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Thread: Shimano Tourney

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    Shimano Tourney

    Looking for what criteria set the following Shimano rear derailleurs apart from one another.

    Models: TZ50, TX35, TX55, TX75 -- They range in price from $10 to $20

    They all have a max 34T capacity, 43T wrap, 6/7 speed compatibility, same listed weight, light action design, and direct mount or dropout mount options. The TX series all have "Smart Cage, Mega Range" compatibility.

    Thanks, Paul

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    S'Cruzer pierce's Avatar
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    poking at Shimano's documentation, the 35 appears to have the cable adjuster on the side pointing towards the rear, while the 55 adn 75 have it on a pivot where it points more up the seat stay and a roller for the cable to wrap around. past that, the differences are probably largely cosmetic. its all really low end junk.

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    Senior member Dan Burkhart's Avatar
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    Quote Originally Posted by pierce View Post
    poking at Shimano's documentation, the 35 appears to have the cable adjuster on the side pointing towards the rear, while the 55 adn 75 have it on a pivot where it points more up the seat stay and a roller for the cable to wrap around. past that, the differences are probably largely cosmetic. its all really low end junk.
    The modern Tourney performs and endures surprisingly well for low end junk.
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    S'Cruzer pierce's Avatar
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    it does at that, but I'd still rather have a low end (or older) deore, thats mostly forged alloy instead of stamped steel and plastic.

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    Certified Bike Brat Burton's Avatar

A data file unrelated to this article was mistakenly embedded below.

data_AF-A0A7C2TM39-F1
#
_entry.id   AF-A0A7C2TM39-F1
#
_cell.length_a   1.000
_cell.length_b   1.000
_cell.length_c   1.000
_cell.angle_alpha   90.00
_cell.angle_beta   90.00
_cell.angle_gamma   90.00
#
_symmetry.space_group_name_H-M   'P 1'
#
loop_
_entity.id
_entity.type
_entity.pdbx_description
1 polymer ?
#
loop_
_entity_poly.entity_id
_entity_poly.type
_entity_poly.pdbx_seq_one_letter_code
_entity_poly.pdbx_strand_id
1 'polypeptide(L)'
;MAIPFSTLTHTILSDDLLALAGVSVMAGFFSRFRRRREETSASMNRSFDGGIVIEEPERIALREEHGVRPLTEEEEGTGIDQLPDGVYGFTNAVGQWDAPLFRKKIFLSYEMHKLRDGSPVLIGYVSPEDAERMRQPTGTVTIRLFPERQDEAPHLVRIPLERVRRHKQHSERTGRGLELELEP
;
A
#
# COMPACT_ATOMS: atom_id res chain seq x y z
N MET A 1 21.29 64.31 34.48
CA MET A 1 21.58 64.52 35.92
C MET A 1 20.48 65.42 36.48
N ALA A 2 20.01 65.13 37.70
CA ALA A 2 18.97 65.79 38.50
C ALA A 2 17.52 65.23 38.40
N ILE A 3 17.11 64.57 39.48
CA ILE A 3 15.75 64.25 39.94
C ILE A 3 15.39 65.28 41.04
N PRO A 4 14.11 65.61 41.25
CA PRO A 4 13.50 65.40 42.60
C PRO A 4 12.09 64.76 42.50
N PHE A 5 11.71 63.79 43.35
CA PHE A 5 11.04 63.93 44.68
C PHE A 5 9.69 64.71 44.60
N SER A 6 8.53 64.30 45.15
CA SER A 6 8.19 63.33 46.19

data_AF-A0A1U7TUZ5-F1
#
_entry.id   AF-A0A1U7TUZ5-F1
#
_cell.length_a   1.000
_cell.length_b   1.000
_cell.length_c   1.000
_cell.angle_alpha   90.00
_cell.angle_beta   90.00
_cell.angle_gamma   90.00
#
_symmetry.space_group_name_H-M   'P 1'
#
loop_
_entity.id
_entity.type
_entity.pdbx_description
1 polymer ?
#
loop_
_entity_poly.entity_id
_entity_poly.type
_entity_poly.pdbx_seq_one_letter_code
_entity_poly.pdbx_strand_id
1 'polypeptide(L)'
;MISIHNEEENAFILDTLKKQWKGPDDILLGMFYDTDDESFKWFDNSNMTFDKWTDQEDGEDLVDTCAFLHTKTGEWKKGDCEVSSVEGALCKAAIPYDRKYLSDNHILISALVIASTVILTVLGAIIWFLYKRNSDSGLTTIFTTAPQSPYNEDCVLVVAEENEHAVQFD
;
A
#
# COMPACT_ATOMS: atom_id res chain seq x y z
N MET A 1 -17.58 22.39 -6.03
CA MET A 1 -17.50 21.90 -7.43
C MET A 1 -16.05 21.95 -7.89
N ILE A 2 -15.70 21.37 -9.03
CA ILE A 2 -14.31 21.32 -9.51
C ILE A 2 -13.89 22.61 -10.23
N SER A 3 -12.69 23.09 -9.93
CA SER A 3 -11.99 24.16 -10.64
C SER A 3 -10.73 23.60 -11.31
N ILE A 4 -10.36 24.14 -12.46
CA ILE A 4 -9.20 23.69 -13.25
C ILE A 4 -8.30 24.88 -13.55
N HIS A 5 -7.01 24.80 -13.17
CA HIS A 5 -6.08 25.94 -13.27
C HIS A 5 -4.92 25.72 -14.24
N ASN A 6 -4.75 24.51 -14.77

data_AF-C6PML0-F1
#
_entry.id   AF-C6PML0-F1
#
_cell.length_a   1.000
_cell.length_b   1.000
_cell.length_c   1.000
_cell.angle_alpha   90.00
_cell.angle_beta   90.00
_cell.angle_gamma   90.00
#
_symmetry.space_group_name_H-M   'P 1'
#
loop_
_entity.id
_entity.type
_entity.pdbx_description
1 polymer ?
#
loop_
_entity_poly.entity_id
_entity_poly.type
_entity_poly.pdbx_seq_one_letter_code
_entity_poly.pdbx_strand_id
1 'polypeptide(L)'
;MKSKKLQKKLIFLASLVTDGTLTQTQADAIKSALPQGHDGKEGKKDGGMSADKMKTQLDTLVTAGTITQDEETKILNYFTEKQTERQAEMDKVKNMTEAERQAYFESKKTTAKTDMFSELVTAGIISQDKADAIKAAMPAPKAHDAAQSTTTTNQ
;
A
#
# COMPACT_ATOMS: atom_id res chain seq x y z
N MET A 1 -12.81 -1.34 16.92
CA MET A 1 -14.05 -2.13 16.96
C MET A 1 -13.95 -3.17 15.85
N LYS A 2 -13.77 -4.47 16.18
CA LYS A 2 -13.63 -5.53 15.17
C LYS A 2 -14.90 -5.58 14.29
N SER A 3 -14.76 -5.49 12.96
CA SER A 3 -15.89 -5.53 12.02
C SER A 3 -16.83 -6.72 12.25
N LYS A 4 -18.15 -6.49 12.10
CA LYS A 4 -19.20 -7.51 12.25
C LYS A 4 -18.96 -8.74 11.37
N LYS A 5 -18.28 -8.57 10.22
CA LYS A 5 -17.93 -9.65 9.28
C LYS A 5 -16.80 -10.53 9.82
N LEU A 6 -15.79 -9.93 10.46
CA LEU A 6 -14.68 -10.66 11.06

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    The TZ50 is the only one specifically designed for 6 speeds. All the others are designed for 6/7 speeds.
    Aside from that there are differences in attachment points. The TX55, TX35, TX75 are all conventional mount rear derailleurs that screw into a derailleur hanger. The TZ50 and FT30 are claw type that mount to the rear axle.

    All of them are designed for city use ie city hybrids, mtb styled city bikes, and ebikes and the derailleurs are very reliable when used there. If you want more gears I'd suggest looking at another derailleur like the Alivio, Altus or Acera which are also city bike derailleurs. If you want to go offroad I'd suggest looking at the Deore which is designed for treckking. If you're starting with a Tourney - there's really no point looking at a RD higher than Deore because at that point the frame probably will be the weakest component in the equation anyway.
    Last edited by Burton; 01-01-13 at 08:37 AM.

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    Senior Member Bill Kapaun's Avatar
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    Quote Originally Posted by Dan Burkhart View Post
    The modern Tourney performs and endures surprisingly well for low end junk.
    +1

    It shifts a 9 speed cassette just fine on my 86 Rockhopper "upgrade".

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    Constant tinkerer FastJake's Avatar
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    Quote Originally Posted by Dan Burkhart View Post
    The modern Tourney performs and endures surprisingly well for low end junk.
    +1

    Ugly, large, and heavy but remarkable in terms of performance and durability. If I was going to buy a new RD though, I would spend the extra $5 or whatever to get an Altus/Acera/Alivio RD.
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    coprolite fietsbob's Avatar
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    Its about the cost of producing it .. I expect the whole process is automated , assembled by machines.

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